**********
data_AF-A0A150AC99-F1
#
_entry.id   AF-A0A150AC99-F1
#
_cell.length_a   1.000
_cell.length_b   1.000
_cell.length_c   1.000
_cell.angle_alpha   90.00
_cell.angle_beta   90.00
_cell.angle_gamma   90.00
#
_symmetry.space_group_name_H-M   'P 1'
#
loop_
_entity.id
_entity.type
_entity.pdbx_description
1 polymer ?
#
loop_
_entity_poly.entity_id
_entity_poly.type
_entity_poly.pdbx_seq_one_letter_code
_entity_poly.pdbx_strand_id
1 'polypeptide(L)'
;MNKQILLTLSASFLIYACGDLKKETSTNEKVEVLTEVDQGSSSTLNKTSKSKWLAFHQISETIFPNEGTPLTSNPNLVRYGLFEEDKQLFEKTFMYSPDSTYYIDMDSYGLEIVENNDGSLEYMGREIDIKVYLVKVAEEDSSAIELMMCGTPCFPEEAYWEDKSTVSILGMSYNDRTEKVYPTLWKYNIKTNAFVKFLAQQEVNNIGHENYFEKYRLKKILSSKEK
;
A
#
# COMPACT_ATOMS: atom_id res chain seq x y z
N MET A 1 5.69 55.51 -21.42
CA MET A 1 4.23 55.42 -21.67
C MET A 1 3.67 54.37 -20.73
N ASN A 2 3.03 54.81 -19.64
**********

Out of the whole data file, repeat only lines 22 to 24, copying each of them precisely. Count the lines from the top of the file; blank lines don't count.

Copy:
_entity_poly.type
_entity_poly.pdbx_seq_one_letter_code
_entity_poly.pdbx_strand_id